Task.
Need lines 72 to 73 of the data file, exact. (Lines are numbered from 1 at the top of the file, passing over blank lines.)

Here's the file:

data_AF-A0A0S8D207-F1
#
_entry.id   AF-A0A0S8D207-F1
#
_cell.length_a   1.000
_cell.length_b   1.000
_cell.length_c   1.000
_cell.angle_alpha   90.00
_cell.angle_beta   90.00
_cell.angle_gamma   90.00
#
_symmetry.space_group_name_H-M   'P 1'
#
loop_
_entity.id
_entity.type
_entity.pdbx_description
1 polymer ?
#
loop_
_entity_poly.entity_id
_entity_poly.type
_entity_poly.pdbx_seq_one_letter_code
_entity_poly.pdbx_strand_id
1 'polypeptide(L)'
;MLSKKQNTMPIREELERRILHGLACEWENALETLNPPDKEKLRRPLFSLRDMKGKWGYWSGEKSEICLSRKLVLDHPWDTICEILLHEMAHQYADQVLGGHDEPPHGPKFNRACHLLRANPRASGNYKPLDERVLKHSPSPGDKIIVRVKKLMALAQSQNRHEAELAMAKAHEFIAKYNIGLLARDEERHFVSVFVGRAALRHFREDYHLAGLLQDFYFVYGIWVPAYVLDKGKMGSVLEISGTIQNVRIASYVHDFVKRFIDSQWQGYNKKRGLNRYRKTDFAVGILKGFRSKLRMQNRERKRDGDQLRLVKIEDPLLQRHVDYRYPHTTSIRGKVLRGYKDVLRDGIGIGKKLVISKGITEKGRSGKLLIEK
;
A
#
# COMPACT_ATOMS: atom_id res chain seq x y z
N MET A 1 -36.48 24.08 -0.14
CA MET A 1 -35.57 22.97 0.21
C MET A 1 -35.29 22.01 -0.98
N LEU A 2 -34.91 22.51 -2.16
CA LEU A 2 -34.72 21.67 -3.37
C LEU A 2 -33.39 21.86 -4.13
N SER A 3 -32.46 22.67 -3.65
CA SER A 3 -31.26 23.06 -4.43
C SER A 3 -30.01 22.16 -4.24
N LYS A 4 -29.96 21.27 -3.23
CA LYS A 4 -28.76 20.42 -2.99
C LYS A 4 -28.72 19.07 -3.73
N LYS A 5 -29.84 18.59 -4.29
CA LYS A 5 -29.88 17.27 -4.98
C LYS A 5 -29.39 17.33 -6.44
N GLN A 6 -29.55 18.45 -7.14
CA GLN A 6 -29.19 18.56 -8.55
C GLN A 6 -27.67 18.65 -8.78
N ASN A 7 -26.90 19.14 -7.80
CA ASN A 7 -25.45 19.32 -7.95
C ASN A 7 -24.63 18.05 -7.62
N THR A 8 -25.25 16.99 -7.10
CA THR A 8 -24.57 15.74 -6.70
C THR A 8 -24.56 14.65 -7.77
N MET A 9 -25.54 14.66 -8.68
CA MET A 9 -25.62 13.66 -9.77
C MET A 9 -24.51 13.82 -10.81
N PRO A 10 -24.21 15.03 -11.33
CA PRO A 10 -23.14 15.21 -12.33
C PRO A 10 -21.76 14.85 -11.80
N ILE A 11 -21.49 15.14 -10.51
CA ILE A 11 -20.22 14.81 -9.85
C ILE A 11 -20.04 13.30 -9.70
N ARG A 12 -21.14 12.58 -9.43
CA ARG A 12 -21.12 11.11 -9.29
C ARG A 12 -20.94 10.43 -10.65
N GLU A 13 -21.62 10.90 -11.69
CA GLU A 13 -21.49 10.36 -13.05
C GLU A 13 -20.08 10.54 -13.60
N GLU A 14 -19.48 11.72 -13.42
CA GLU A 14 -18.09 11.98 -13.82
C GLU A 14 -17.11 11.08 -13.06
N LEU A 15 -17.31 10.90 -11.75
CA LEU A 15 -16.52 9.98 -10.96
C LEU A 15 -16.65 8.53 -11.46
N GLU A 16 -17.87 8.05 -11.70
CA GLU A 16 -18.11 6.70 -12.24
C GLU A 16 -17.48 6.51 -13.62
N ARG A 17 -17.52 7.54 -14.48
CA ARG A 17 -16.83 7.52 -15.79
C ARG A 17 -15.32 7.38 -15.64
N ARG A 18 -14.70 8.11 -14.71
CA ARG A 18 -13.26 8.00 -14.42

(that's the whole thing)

C GLU A 14 -17.11 11.08 -13.06
N LEU A 15 -17.31 10.90 -11.75